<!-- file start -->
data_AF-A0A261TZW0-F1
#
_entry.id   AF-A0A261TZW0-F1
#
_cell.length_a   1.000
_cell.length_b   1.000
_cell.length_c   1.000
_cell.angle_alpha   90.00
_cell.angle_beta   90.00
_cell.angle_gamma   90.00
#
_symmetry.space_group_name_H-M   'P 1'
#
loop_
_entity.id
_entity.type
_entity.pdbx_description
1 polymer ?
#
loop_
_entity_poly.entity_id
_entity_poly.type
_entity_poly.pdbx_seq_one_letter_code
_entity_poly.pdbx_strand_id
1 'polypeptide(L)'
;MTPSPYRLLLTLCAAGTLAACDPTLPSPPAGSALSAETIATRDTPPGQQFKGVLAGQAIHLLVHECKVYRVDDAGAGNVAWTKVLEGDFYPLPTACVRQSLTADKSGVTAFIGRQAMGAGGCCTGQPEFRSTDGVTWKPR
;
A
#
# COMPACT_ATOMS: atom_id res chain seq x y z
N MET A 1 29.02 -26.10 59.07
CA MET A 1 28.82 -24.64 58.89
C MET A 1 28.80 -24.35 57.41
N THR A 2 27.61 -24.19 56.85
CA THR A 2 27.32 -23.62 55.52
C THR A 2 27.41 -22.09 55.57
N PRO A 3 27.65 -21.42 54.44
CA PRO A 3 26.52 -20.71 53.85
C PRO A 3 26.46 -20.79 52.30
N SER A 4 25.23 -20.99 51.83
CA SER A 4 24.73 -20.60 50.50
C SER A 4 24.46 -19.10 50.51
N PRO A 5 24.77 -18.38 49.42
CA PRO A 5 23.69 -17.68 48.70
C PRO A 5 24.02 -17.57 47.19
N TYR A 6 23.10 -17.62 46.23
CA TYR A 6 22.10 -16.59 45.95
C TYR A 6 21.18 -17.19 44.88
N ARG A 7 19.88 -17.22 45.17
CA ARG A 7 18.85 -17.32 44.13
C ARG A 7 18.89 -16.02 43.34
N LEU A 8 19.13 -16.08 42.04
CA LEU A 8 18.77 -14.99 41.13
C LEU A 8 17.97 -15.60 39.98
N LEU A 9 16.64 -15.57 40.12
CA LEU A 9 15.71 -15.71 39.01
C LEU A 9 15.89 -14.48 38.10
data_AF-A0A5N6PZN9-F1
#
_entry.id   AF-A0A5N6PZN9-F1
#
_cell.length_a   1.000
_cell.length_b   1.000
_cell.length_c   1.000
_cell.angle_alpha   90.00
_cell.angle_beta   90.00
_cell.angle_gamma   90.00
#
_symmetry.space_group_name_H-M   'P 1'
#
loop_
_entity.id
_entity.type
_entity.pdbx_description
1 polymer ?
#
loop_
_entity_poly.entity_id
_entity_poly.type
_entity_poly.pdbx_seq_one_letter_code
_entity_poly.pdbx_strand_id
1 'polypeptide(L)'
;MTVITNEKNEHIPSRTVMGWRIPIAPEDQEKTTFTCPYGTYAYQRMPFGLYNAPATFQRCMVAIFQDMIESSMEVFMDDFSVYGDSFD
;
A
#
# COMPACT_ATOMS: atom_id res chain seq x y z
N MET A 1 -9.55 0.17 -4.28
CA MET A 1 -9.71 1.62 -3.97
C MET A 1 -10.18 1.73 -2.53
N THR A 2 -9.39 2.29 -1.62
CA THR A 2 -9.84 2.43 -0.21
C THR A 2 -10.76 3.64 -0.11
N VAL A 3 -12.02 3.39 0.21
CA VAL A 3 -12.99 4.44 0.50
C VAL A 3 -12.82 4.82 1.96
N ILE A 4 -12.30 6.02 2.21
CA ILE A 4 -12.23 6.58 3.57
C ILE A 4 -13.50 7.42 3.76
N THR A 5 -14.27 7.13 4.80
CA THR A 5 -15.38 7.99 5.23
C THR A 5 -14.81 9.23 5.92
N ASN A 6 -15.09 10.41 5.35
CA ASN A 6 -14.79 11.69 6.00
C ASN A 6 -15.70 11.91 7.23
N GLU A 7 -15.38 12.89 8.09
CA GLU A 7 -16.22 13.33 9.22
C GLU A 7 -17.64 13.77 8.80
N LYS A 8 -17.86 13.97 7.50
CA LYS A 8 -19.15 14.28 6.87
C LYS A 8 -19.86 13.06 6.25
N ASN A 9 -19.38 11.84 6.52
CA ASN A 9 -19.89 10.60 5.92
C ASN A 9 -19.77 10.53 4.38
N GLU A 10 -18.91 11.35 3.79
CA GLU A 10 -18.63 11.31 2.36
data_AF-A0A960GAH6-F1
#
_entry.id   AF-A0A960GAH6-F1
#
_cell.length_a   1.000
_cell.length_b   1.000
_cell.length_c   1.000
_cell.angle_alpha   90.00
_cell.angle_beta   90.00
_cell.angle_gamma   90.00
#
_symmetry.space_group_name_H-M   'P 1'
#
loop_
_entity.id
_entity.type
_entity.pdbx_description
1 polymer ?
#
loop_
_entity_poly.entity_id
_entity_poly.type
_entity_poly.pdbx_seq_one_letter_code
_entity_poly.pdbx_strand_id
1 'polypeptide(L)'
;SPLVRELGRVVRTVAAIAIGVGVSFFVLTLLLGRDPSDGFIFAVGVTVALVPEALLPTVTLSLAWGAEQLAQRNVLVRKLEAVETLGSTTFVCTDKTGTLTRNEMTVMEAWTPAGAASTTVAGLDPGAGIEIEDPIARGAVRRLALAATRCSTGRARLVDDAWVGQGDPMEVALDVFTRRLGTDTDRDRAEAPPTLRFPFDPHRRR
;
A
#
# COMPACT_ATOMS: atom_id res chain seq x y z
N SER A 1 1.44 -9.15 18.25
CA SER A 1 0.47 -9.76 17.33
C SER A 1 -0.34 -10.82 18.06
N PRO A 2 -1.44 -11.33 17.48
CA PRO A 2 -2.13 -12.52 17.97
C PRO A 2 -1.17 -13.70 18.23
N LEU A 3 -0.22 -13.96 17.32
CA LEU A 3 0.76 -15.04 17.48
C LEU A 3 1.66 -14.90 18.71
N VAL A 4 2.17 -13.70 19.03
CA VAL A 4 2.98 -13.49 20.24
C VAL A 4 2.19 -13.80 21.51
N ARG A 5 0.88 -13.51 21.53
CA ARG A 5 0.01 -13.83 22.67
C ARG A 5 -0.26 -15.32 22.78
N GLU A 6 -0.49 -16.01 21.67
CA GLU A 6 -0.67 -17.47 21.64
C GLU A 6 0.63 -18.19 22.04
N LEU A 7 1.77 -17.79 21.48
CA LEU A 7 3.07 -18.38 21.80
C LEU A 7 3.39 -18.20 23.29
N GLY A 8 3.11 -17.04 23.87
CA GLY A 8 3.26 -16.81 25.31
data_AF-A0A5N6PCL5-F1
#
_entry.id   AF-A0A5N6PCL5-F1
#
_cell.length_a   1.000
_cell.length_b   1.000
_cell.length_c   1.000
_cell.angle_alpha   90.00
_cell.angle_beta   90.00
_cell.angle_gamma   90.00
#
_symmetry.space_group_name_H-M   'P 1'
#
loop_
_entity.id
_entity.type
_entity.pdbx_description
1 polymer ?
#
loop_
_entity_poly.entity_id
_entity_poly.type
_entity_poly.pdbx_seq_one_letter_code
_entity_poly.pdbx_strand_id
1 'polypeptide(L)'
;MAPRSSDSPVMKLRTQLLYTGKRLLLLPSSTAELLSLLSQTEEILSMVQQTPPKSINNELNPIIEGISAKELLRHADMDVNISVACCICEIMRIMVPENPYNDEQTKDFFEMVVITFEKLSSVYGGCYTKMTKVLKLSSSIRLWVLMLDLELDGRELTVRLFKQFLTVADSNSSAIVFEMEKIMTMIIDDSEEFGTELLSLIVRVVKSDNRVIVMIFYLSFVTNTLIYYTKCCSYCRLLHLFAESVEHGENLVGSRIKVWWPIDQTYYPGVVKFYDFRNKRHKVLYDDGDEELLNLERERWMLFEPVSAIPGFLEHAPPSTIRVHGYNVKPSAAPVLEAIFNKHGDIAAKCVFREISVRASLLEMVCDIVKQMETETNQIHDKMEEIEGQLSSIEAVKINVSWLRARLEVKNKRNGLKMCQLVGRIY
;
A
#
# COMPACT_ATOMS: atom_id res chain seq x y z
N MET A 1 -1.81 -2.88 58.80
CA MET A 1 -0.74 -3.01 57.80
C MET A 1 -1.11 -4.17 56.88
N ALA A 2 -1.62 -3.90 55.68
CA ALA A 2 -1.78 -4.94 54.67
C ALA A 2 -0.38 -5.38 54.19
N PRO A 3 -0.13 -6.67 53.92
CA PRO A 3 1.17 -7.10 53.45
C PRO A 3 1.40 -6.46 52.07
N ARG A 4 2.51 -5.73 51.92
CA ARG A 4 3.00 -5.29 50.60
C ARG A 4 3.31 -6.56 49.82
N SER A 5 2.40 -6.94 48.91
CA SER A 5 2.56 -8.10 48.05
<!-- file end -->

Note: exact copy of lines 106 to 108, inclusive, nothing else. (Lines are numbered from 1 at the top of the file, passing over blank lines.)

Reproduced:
N GLU A 7 -15.38 12.89 8.09
CA GLU A 7 -16.22 13.33 9.22
C GLU A 7 -17.64 13.77 8.80